The €85 billion deal is going to cost us €4 or €5 billion a year in interest, and that will be on top of the heavy interest payments we are already making on our existing national debt.
It will make reducing our budget deficit even harder because the interest payments have to be taken out of revenue. That means there will be even less for day to day state spending, and the cutbacks in services will have to be even more severe.
There is also a question mark over whether this bailout will really plug the hole in our banks. Just weeks ago the government was saying that the total hole in the banks was around €50 billion.
We now know that the banks have already got €32 billion, and this bailout gives them another €35 billion, which adds up to €67 billion.
The bailout calculations do not allow for the huge amount of private debt default that is predicted over the next couple of years as the belt tightens. So a number of economists here are predicting that the hole in the banks will turn out to be €80 or €90 billion.
If this were to happen, the current interest payments could escalate from €5 or €6 billion a year to €10 or €12 billion. That level of interest payment would be impossible for us to meet without turning Ireland into a Third World country. Even as things stand right now, this bailout pushes us to the very edge of what is possible in interest payments.
Apart from decimating services, this heavy interest burden will make recovery and expansion of our economy difficult, if not impossible. The cutbacks are going to hit domestic spending so hard the economy will be knocked flat.
The next five or 10 years look grim, with the standard of living falling sharply and nothing in prospect but gloom and hardship at home and emigration the only escape.
So why is this so-called bailout so punitive? There is more than a suspicion here that we are being deliberately punished by Europe for the mess we have made and the threat the Irish collapse has posed to the euro.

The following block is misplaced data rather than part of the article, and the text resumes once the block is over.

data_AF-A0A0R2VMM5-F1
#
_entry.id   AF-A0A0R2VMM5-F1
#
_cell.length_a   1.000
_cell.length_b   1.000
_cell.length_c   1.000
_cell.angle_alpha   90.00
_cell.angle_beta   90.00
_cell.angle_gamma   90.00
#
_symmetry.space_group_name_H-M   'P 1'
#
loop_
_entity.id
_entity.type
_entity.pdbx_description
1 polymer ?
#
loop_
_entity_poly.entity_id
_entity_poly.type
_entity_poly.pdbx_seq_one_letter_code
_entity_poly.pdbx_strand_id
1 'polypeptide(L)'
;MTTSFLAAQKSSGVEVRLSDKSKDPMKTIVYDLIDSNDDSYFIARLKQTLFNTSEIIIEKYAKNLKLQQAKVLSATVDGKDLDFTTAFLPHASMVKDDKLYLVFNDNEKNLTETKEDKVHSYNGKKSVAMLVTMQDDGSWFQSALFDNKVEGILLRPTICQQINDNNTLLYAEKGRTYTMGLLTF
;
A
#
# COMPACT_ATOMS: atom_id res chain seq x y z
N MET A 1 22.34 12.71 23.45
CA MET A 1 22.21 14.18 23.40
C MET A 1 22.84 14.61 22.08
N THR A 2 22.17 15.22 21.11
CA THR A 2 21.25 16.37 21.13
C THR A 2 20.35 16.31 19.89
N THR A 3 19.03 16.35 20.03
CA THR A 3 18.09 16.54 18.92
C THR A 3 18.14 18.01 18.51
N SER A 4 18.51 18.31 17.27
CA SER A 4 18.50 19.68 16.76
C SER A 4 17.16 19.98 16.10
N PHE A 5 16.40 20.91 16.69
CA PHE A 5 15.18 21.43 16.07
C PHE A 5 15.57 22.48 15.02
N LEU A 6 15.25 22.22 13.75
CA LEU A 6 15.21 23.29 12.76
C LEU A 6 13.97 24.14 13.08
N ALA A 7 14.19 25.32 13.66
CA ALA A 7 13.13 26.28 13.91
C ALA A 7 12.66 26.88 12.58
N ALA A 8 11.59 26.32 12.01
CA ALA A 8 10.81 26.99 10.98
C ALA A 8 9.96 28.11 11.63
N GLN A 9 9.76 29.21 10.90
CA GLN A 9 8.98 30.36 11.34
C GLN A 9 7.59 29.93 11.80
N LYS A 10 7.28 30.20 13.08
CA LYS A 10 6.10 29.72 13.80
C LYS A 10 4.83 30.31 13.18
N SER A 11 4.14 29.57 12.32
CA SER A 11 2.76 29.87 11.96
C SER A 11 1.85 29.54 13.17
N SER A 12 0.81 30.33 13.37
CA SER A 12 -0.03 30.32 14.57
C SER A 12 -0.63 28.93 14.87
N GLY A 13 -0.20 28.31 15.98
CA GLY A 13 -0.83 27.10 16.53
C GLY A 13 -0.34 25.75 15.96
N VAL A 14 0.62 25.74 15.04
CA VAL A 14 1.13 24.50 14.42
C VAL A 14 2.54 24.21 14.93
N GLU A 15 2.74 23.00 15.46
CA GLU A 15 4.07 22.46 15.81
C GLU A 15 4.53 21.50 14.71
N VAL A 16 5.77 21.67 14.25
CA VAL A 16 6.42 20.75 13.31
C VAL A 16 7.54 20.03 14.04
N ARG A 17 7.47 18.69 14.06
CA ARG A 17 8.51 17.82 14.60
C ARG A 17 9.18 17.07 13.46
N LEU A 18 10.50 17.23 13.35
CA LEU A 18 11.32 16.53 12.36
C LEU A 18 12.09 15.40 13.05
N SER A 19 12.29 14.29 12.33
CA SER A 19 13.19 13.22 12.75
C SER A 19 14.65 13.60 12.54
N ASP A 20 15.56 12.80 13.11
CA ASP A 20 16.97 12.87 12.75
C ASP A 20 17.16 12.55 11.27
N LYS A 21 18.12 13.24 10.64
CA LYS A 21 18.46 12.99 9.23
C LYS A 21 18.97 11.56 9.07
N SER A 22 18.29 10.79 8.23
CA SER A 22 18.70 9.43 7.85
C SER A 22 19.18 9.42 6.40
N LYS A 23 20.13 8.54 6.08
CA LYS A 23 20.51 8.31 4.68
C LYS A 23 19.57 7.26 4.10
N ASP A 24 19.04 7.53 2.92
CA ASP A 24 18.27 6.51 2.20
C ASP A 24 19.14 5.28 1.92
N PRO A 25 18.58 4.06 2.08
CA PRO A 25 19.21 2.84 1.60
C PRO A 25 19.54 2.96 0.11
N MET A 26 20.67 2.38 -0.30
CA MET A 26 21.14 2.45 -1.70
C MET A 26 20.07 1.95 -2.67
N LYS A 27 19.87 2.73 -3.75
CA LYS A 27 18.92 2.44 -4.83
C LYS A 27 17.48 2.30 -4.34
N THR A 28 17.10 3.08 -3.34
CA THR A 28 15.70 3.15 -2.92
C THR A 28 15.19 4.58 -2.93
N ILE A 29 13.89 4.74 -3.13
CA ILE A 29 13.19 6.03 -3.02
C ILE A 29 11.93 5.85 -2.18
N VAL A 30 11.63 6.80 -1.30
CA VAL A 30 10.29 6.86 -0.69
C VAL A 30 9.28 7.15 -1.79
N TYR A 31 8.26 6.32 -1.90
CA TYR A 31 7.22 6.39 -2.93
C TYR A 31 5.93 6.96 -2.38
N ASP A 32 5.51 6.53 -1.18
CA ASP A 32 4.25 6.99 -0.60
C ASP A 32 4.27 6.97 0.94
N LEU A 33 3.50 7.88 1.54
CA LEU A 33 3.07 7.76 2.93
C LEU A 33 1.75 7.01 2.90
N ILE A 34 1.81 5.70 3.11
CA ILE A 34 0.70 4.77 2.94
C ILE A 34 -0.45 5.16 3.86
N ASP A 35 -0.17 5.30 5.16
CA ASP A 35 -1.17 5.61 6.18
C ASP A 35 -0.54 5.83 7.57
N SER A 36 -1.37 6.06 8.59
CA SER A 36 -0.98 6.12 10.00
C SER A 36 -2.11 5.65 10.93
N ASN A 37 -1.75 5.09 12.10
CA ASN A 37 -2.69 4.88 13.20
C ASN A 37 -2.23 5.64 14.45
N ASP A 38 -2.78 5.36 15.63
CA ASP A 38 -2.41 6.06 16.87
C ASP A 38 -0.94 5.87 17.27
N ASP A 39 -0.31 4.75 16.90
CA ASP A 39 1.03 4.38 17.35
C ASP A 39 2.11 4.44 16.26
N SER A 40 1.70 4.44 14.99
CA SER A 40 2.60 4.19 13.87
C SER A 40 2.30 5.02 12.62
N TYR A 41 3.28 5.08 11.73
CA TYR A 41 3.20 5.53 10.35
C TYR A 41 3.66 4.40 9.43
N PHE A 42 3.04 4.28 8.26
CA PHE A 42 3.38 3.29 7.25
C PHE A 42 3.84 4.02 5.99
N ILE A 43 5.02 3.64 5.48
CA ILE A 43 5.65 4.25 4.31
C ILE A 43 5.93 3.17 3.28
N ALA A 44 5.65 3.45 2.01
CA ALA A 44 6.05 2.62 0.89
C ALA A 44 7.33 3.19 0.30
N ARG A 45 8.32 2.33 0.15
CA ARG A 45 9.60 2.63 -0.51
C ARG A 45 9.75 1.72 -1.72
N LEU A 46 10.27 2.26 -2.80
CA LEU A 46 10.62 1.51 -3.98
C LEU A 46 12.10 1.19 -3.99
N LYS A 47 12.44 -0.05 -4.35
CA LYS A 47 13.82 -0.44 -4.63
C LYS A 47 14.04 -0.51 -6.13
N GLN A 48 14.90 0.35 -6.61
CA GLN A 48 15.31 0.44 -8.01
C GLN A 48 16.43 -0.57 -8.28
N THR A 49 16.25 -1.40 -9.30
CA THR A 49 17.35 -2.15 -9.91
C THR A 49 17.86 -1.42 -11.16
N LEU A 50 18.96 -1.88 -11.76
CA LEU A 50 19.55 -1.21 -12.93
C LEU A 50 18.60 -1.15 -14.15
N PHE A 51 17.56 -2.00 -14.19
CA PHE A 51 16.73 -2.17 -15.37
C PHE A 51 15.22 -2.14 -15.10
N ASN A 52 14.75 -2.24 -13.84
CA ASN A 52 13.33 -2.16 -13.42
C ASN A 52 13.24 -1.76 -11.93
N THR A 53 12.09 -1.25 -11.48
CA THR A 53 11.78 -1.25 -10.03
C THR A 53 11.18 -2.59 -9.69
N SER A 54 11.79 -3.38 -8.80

There are also other factors at play. Most of the lending into Irish banks during the boom came from French and German banks, and the aim appears to be to ensure that they get all their money back.
And the European Central Bank (ECB), which is supposed to oversee the behavior of banks across Europe and was clearly asleep at the wheel in relation to Ireland, wants all of its money back as well. So even if it means unfairly penalizing the ordinary Irish taxpayers, that is what’s going to happen.
The Irish government had another option. It could have undertaken to sort out our state finances as promised by 2014, but it could at the same time have told the IMF and the EU that unless much more favorable terms (like 1 to 2%) were offered we would default on the money our banks owe.
It could have insisted that the foreign banks and bondholders who pumped money into our banks for very high returns during the boom must now take their share of the bust.
The Irish government could have done that, but instead they went on playing the role of the good boys of Europe doing what our masters tell us. There is a feeling here now that during the bailout negotiations last week the EU saw us as the patsys rather than the good boys.
Angela Merkel and some of the other EU leaders are now saying that in future situations like this, the money markets and bondholders who lend to countries that get into trouble will have to share in the losses that happen as a result. But that’s for the future.
The markets and bondholders who loaned money to Ireland are protected and therefore must be paid in full. As I said, we’re the patsys.
To summarize the public mood here at the moment, it would be fair to say that as far as the bondholders are concerned the majority view here now seems to be that even the senior bondholders (the more protected bonds which got a lower interest rate) should be forced to share the pain.
The view also is that we should immediately decouple our state finances from the finances of our banks. And we should burn those who poured the money into our banks which inflated our property bubble.
We should stop being the patsys. We should stop being the good boys. We should stop worrying about the euro and being responsible members of the EU.
We should start looking after Number One.
USS Michael Murphy, named after Irish American Navy SEAL hero, heading toward Korea